Hahaa! Thanks! Glad you enjoyed.

Chris— yeah just google "Uvex face shield" and you'll find several options.  I think they also have dark lenses for them.  The only thing I'd tweak is add some of the Rain-X marine water repellent, http://rainx.ro/product_pages/marine_tables/marine_glass_treat.html & it would be perfect.

Ben, so fly fishing for tuna is done, but not too commonly—fly fishing for sailfish & marlin is a lot more popular! Search Instagram for #tunaonfly & you'll see some photos. You need really big fly gear, and it's not really a possibility in the party boat setting with a bunch of people everywhere. But I'll keep trying!

CHRIS

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Re: Success on the fly! + Lessons learned.
« Reply #6 on: September 22, 2015, 04:13:57 PM »
Thanks,

CHRIS

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Re: Success on the fly! + Lessons learned.
« Reply #7 on: September 22, 2015, 04:33:10 PM »
Opah, where do you usually get your catch reports from ? I am on FD and BD but don't see the same reports that you do, i guess. But then again, i'm a newbie and have lot of things to learn !

Offline Opah147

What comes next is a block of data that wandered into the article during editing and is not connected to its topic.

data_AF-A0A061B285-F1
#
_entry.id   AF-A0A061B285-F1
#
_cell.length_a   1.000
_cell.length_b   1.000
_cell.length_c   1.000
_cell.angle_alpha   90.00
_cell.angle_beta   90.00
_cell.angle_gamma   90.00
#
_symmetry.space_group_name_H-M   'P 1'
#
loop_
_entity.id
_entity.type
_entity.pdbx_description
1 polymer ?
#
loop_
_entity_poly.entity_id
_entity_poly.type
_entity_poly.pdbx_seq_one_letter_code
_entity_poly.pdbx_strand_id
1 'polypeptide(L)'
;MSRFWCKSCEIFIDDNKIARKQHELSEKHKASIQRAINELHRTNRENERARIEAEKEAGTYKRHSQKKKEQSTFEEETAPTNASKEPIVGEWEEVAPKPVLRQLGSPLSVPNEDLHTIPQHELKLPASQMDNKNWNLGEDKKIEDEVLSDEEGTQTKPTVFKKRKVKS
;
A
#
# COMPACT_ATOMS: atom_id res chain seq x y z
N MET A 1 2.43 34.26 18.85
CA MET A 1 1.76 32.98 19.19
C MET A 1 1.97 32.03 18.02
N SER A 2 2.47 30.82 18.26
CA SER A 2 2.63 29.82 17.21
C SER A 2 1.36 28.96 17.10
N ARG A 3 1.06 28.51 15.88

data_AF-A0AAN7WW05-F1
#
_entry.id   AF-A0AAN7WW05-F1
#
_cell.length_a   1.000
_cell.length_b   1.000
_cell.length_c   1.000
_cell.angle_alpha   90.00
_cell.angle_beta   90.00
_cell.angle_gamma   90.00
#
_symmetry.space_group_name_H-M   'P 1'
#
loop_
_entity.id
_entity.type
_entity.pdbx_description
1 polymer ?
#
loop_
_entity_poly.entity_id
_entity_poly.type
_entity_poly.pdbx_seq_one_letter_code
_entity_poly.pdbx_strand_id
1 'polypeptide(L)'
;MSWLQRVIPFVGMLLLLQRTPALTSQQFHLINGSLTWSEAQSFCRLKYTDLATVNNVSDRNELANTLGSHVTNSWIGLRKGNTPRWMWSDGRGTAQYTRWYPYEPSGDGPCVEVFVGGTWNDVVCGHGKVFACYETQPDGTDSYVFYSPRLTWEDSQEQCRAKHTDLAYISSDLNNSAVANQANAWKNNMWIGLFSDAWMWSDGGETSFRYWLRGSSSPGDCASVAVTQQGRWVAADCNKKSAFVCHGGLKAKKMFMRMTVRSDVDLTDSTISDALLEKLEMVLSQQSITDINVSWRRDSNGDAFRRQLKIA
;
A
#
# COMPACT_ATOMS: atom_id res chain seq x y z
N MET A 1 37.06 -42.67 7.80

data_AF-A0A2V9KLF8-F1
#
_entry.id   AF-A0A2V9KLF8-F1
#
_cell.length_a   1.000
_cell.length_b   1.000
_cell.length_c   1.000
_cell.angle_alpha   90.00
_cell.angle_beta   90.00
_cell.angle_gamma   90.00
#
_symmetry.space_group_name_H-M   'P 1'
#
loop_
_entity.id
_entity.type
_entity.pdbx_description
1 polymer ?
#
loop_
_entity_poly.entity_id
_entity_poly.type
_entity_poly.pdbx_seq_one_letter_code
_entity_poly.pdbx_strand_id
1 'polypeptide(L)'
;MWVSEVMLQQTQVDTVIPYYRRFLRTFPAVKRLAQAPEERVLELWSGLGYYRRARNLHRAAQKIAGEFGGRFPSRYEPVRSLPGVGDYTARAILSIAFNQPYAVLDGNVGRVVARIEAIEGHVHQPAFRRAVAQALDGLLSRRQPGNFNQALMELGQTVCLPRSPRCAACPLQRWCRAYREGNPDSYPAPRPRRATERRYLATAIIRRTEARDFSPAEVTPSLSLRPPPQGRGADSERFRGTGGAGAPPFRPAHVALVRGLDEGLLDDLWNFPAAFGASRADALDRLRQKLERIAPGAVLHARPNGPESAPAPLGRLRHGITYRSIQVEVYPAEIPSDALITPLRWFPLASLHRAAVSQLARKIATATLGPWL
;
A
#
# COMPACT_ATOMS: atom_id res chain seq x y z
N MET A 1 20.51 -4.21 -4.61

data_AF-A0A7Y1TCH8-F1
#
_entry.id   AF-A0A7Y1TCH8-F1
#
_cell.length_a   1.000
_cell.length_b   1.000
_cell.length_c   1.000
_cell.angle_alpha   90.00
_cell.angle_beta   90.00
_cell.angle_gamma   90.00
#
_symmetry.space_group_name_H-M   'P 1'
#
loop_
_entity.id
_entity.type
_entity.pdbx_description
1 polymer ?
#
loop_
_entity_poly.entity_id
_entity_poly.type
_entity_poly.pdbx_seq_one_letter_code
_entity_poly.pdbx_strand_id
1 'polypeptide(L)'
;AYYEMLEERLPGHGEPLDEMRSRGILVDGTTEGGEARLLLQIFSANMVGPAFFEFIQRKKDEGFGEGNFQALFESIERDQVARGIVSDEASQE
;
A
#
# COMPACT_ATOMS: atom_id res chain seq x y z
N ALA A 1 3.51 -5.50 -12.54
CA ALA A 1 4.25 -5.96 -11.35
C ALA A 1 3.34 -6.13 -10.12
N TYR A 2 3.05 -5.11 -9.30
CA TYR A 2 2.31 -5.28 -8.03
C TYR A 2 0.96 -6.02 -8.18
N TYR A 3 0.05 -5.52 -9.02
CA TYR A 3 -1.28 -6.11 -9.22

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Re: Success on the fly! + Lessons learned.
« Reply #8 on: September 22, 2015, 05:17:55 PM »
All the necessary links are on our main page; fish count, (NOAA) forecast , & fishtrack (for water temp trends). I routinely check each link to plan my trips. Hope this helps  ;) Ben

Offline Shmoopdawg

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Re: Success on the fly! + Lessons learned.
« Reply #9 on: September 28, 2015, 12:13:43 AM »
Great write-up and pics, Daniel. I really enjoyed reading it. Nice touch with the 'breadcrumb' trail map. Thanks for sharing that. Ben and I used to fly fish (or fly-bob rather) in Oregon and I never imagined doing it with heavier gear and on the ocean. You'll have to get some video of yourself in action.  I'm sure I'm not the only one here that would love to see it.
Doug